The recent I Files website by Jonathon Swift described Anwar as chameleon. In Chapter 4, they described Anwar's Wahabi link with Terrorist:
The Saudis funded Anwar both directly and through the increasing number of third parties through which he was tied – universities, NGOs, and banks with significant ties to the man who, it was believed, would be Finance Minister within a year.
The growth came through some of the canniest and most blatantly corrupt financial dealings Malaysia has ever seen. He was always careful to leave the direct wealth accumulation in the hands of proxies in and out of Government – except in Bumiputra shares, an oversight that would cost him dearly at a critical time.
His involvement in Communist funding was more extensive than one would think, but we believed it was quite accidental – the Saudis had no love for the militant atheists in Moscow, and even less for the rival insurgents they had planted against the Saudis throughout the world. His name, his front companies, his personal banking arrangements – all arose more from his omnipresence than any sort of explicit association with the Russians.
But the new details were quite something to behold.
One name recurred again and again, one I’d not to that point seen connected to Anwar: Saleh Abdullah Kamel, one of the wealthiest men in Saudi Arabia. The Americans were some of the least trustful allies the Saudis had – quite the statement, to be sure – and they were diligent trackers of the wealthiest of the wealthy. Saleh Kamel had founded Al Baraka Bank, the largest source of Islamic finance in the world, and had generously spread his wealth around – with a catch.
His money went exclusively to Saudi proxies and their causes. Anwar was a direct recipient of a great deal of his largesse, and had been since his ABIM days. Saleh Kamel would become important again later in the I-Files, but at the time the extent of his fingerprint was already remarkable. Anwar’s radical charities in other countries, his charities here – all of which of course paid him some sort of management fee – and his every project at home received some amount of Saleh Kamel’s largesse.
All of this would be remarkable enough, but even then, those of us who did wetwork against the Soviets knew Al Baraka and Saleh Kamel from another source: He funded the mujahedeen in Afghanistan, or more accurately, the mujahedeen who truly believed in the Saudi vision. He funded the madrassas in Pakistan and the unreachable parts of Afghanistan that would birth the Taliban a mere handful of years later – even then, we were aware of some of the danger he posed.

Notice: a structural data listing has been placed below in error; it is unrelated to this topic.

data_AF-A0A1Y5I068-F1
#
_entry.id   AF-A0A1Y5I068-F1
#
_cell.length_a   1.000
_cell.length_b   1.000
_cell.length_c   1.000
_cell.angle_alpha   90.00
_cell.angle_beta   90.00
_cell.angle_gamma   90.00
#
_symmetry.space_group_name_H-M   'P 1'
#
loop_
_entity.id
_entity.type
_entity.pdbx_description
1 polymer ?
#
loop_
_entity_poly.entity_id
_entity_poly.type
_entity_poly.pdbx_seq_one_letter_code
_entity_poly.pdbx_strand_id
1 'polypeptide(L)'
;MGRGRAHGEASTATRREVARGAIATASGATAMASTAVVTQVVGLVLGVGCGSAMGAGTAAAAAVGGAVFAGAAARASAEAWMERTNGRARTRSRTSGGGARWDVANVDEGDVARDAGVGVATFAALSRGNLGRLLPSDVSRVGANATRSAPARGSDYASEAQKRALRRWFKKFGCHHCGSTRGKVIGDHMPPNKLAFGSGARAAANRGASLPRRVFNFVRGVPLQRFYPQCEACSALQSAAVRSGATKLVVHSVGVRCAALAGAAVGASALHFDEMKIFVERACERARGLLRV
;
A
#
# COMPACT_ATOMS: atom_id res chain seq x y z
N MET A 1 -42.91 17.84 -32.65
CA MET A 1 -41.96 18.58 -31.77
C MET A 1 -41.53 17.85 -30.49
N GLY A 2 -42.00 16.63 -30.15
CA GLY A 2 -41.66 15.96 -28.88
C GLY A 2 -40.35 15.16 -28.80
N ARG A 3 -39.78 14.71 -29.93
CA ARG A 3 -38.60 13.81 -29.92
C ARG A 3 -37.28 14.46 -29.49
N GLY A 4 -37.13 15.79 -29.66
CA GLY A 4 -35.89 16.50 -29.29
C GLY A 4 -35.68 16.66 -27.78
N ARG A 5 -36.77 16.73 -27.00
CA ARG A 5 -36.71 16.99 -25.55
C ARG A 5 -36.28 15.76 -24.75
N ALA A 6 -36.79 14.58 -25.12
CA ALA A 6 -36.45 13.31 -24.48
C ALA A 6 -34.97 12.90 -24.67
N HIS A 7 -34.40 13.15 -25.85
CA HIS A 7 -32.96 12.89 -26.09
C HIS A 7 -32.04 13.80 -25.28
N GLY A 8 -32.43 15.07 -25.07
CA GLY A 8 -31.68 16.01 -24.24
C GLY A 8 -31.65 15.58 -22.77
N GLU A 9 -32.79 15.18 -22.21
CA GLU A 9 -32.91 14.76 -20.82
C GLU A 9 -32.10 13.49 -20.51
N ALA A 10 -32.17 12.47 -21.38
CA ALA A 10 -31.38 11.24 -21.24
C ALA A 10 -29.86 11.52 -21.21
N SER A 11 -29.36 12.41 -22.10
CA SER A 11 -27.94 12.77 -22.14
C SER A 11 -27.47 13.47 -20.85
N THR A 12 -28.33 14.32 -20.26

Al Baraka would later be Osama bin Laden’s and al Qaeda’s first choice in banks, a fact that have never seemed to bother Anwar or Saleh Kamel – and certainly did not slow Anwar down from joining the board of Al Baraka on leaving prison. He even proudly boasts of it to this day.
Anwar understood the importance of maintaining a good relationship, and so worked to keep his patron happy. In 1994, while Finance Minister, Anwar privatised Bank Islam (which Anwar himself had founded), selling 2.89 million shares to Joint Arab Malaysian Investment, which already controlled 5.27 million shares. JAMI’s largest shareholders were Al Baraka and Saleh Kamel; Anwar’s longtime associate Kamaruddin Mohd Nor, several Saudi-controlled companies, and a handful of Anwar front groups were the remaining major shareholders. JAMI saw hundreds of millions off of the deal through off-books transactions.
As Finance Minister, Anwar always made certain that Al Baraka and Saleh Kamel received their share – they, and a mysterious figure we would come to know as ‘Mr Ten Per Cent.’
The relationship has always been symbiotic. Anwar has over the years taken “consulting fees” for “introducing” foreign firms to Al Baraka and other Saudi enterprises; for example, in the last decade, he took $25,000,000 from the Hong Kong firm Pearl Oriental to “solicit investments” from Al Baraka.
It’s good to be the king; or, failing that, the Finance Minister.
There was more, and it filled in more gaps that we’d never imagined existed from Anwar’s early days. Ahmad al-Haj Totonji, the Iraqi who had apparently brokered Saudi funds to Anwar during his ABIM days, and Dr Abdul Hamid A Sulayman, his superior – and Anwar’s appointment as second Rector of the International Islamic University Malaysia – helped fund Anwar’s first American project, the International Institute of Islamic Thought. The Institute was not only a way for Anwar to help internationalise Saudi teachings under the cover of working with the more moderate factions of the Muslim Brotherhood, it was also a channel for Saudi funds into Anwar’s coffers.
The IIIT would be a money channel for funds to pour into other groups and enterprises Anwar controlled through surrogates over the decades. Over tea and spread manila folders in 1999, some colleagues and I estimated he’d made somewhere on the order of £30 million off of IIIT’s several ventures, in funds nominally dedicated to spreading a moderate and tolerant version of Islam.
By now, Anwar’s closet extremism and his Saudi ties were no surprise; his ties to the advocates of violent jihad, however, were a bit jarring. The files also suggested that the Saudis had taught Anwar the value not merely of front companies, but of dealing with banks who could be trusted to be discreet, and who could maintain anonymous accounts indefinitely. The size of those accounts was an outright mystery.
TIDAK HARAM MENCABAR NAJIB & MUHYIDDIN
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